The Demarcation of Land and the Role of Coordinating Institutions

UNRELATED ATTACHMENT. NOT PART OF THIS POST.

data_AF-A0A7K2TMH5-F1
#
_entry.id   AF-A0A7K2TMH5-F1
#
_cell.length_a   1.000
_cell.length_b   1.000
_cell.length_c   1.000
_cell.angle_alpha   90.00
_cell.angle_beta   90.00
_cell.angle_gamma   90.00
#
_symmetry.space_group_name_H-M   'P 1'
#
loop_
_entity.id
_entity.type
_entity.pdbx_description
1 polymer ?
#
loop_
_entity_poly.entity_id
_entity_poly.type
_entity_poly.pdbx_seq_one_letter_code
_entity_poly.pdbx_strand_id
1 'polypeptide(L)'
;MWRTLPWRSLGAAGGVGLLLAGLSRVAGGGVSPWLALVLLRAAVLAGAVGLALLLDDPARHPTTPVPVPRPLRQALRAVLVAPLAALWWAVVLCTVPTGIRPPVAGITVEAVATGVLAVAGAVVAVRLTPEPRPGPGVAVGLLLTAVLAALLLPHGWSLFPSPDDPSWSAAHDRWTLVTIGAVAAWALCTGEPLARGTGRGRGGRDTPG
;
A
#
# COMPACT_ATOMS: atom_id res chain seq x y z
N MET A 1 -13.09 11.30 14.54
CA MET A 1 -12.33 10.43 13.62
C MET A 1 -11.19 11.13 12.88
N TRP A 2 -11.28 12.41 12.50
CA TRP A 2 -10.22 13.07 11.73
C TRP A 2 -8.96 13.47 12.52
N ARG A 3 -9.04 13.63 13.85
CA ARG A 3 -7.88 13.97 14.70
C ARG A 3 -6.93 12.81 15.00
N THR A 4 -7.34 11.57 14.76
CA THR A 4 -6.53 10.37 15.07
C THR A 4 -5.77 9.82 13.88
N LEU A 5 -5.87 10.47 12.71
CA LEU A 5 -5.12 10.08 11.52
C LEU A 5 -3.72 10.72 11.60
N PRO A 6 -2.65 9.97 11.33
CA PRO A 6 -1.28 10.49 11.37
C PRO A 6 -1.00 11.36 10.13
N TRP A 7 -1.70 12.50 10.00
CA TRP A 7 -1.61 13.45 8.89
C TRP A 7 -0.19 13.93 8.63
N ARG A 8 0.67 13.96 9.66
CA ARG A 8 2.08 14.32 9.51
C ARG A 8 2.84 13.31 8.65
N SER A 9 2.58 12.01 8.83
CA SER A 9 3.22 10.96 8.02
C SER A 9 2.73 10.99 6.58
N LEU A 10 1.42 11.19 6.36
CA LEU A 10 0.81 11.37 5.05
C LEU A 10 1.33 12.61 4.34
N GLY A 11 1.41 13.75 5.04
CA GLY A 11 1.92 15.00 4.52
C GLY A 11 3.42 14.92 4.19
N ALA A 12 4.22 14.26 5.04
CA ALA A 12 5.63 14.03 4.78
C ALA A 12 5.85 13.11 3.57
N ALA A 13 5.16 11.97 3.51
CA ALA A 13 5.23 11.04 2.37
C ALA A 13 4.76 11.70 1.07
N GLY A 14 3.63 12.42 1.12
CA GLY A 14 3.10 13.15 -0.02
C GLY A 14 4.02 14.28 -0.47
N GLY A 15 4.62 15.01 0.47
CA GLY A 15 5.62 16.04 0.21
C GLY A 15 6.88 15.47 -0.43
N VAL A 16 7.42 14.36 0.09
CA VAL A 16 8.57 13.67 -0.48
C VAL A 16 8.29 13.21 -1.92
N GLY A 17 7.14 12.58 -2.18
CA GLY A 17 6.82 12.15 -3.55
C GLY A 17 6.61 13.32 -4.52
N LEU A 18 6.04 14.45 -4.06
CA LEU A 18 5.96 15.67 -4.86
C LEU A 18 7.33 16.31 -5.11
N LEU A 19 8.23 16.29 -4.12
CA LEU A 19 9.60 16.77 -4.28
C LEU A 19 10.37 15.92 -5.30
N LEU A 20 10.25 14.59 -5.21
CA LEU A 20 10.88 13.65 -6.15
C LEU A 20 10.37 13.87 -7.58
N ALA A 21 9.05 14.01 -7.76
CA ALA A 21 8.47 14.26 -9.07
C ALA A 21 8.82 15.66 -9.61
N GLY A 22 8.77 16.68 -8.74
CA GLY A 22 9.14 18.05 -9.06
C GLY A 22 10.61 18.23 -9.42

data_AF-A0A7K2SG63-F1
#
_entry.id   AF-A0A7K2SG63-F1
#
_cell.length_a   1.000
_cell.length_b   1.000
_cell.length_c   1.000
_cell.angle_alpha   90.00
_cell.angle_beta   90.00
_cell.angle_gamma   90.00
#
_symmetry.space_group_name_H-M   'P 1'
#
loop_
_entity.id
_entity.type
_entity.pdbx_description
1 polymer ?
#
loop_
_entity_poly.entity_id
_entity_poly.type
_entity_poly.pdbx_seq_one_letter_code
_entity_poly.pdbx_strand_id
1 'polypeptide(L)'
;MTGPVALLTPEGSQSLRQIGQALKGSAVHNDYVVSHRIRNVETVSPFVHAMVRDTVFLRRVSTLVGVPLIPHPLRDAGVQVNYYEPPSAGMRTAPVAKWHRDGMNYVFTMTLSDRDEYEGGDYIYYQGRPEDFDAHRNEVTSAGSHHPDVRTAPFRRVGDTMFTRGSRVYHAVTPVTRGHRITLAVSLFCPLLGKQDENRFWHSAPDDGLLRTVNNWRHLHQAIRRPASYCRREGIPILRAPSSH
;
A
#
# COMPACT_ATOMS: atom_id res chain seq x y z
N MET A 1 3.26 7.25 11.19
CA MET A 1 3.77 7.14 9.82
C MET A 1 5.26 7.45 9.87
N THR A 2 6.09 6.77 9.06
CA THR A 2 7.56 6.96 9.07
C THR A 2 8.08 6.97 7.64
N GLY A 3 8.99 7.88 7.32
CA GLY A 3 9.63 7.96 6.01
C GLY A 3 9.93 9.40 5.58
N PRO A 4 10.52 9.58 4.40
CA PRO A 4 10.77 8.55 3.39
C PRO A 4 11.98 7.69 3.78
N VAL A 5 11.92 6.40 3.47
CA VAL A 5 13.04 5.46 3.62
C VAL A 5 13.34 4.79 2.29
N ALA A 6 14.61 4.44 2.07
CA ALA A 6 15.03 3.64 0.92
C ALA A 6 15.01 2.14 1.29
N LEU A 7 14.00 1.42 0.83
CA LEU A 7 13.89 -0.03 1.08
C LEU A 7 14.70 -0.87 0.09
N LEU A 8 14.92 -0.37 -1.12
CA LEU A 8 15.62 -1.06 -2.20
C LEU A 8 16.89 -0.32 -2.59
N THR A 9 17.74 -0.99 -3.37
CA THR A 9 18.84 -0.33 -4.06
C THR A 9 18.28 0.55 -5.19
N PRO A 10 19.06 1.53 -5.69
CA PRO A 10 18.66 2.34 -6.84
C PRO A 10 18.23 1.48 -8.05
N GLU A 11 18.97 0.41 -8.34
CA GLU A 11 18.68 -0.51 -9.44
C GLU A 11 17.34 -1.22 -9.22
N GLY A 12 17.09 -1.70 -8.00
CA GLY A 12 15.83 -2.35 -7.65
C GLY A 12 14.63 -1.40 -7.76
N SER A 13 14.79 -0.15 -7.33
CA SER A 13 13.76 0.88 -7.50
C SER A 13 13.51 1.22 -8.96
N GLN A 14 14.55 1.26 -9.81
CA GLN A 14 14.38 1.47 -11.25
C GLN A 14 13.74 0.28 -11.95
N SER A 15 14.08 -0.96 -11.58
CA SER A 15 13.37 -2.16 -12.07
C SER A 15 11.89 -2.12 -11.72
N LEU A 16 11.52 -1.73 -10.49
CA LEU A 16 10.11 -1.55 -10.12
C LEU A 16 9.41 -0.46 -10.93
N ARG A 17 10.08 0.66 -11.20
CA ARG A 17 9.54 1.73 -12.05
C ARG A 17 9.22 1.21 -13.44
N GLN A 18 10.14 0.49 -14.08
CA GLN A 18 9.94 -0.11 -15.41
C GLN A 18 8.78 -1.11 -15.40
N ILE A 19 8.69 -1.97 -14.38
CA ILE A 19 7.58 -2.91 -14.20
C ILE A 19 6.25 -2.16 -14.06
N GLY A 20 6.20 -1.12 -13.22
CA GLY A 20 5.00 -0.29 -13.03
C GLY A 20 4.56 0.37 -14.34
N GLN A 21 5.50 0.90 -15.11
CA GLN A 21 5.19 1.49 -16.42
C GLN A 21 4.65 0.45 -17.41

This paper examines the origins and economic effects of the two dominant land demarcation systems: metes and bounds (MB) and the rectangular system (RS). Under MB property is demarcated by its perimeter as indicated by natural features and human structures and linked to surveys within local political jurisdictions. Under RS land demarcation is governed by a common grid with uniform square shapes, sizes, alignment, and geographically-based addresses. In the U.S. MB largely is used in the original 13 states, Kentucky, and Tennessee. The RS is found elsewhere under the Land Ordinance of 1785 that divided federal lands into square-mile sections. We develop an economic framework for examining land demarcation systems and draw predictions. Our empirical analysis focuses on a 39-county area of Ohio where both MB and RS were used in adjacent areas as a result of exogenous historical factors. The results indicate that topography influences parcel shape and size under a MB system; that parcel shapes are aligned under the RS; and that the RS is associated with higher land values, more roads, more land transactions, and fewer legal disputes than MB, all else equal. The comparative limitations of MB appear to have had negative long-term effects on land values and economic activity in the sample area.
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